It’s dark and cold on the 60th parallel in February. But it’s the time when the caribou move into the Scott Lake area and fleets of snowmobiles head north to meet them. It’s time for the winter watch at Scott. This year General Manager John Gariepy, Sales Manager Jon Wimpney and former head guide Ken Johnson went north to settle in Tell Kieper, the new winter caretaker, for his long vigil. It was a good thing we decided on a winter presence this year. What they found up north will involve a lot of extra work next spring. The story from Jon Wimpney:

Report from the North:

The Uninvited Guest

“Heading north to the lodge is always amazing regardless of the season. This trip was no different. At Stony Rapids we all jumped in the Twin Otter for the twenty minute flight to the lodge. The entire landscape was covered in snow and hoarfrost-a fantastic trip. When we started circling the island Johnny noticed that some of the plywood covering the windows in the main lodge was missing. Weird I thought I remember putting them up last fall with Paul Hamilton. We checked out the main lodge right away but we were not really prepared for what we found. The interior which we cleaned perfectly last fall was pretty much trashed. A bear clawed his way in through the back kitchen door and apparently just went berserk. It looked as though he had spent days inside exploring the whole building with his mouth. He even ate a big chunk of the leather couch in front of the fireplace. He was in a a nasty mood: the custom wood blinds were busted into dozens of pieces; wood trim was ripped off the walls; tables were tipped over; a refrigerator was dragged around the kitchen; everything in the kitchen was knocked over; a commercial coffee grinder was somehow destroyed and everything even remotely edible was eaten. He left through a window but didn’t bother to open it. Just one huge mess.

And the path of destruction wasn’t finished. He ate his way through the dry storage room, consuming thousands of calories of pasta, rice and many pounds of non-perishable foodstuffs. He peeled off the metal doors to the building like he was opening a sardine can. One tough bear. The worst though was knocking off the door to the battery storage room. That allowed the heat from the batteries which get some power from the weak winter sun to escape. The batteries were nearly frozen. Even after cleaning off the solar panels we could not get any power. For two days we sat in the dark playing poker by headlamps. That got old fast so we tried to start the diesel generator-at 44 below F. It took an entire day to get it thawed out enough to start it. But we got it going and finally had power and internet.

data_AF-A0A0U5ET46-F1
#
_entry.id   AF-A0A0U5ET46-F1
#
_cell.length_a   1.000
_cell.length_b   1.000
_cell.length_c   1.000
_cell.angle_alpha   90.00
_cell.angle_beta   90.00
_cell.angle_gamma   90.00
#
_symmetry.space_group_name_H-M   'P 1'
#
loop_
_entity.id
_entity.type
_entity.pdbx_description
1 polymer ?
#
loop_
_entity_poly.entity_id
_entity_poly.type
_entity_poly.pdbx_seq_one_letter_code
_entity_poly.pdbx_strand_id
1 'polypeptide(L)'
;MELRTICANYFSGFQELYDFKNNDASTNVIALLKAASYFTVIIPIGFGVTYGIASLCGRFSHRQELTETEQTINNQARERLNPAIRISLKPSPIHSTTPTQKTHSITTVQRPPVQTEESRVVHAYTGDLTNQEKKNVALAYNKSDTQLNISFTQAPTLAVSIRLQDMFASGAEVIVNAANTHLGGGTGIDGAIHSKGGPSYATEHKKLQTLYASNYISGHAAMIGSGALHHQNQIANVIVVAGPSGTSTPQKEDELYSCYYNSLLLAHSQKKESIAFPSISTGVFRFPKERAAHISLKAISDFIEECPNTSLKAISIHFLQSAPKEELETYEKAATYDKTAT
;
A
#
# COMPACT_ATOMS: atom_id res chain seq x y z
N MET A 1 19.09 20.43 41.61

Hard Water Trout Fishing

On the bright side fishing was pretty good. Even though it was 30 below or worse every day we were able to wet some lines. We got lake trout every time we tried. Nothing is better than fresh trout dinner at Scott in the middle of winter. There was one trout though that was way too big for the pan. I pulled a hog 42 incher through the three foot deep ice, a depth that will keep increasing as winter stretches out. Ken Johnson snapped one picture before the camera froze. There weren’t many animals moving in the deep cold. A few snowmobiles went by the lodge but the numbers were low. We had a few mild winds while we were there. Our estimate of the coldest wind chill was around 60 below. Cold! It made the runs to the outhouse pretty quick.”

Report from the South:

Great Booking Numbers

Life was much easier in Rhinelander, Wisconsin where Shirley Albrent and Michelle Pyrchalla were helping out quite a few 2013 customers with their trip planning. It has been an incredible booking season so far with deposits now approaching 400. There is no doubt that 2013 will be the best numbers we have seen at Scott since the before the Great Recession. Except for a handful of spots opened up by recent cancellations, all of June and July is booked solid.

August Openings

August always seems to get a bad rap from pike fisherman. Everyone concedes that August is a great month for big trout but a lot of anglers hold out June as the month for pike. That’s certainly true for numbers, but not for size. Last season was like most at Scott over the past 16 years. In August last season we averaged six pike over 45″ per group, twice the number in June. In just 24 days of August fishing (our closing date in 2012 was August 24th) Scott anglers landed some massive pike: thirteen at 44″; eleven at 45″; nine at 46″; two at 47″; two at 48″; one at 49″ and the monster of the year at 51″. August pike are fat and mean. Fishing for August pike takes a bit more patience but it is often rewarded with jarring strikes and extended fights. We still have openings for most of our August trips, but at the current booking pace they will not be available for long.

If You Snooze You Lose

If you want a Scott trip in 2013 give our Sales Manager, Jon Wimpney, a call ASAP. He is now fully thawed out and eager to discuss your Scott Adventure. Call him directly at 306/209-7150. He can give you all the details of the 42 inch trout. For any customer service questions call the office in Rhinelander toll free at 888/830-9525. (From outside the U.S. call 715/362-7031.)

New Video

Denny Olson who spent five days at Scott with his HD camera has just put the finishing touches on a new (it’s about time) promotional video about the Lodge. He hit a great week with both a 45″ and a 47″ pike coming to the cradle just for his camera. The 18 minute film will be available on DVD from the Rhinelander office soon but is posted now on the brand new SLL YouTube Channel.  Click here to check it out: The Scott Lake Experience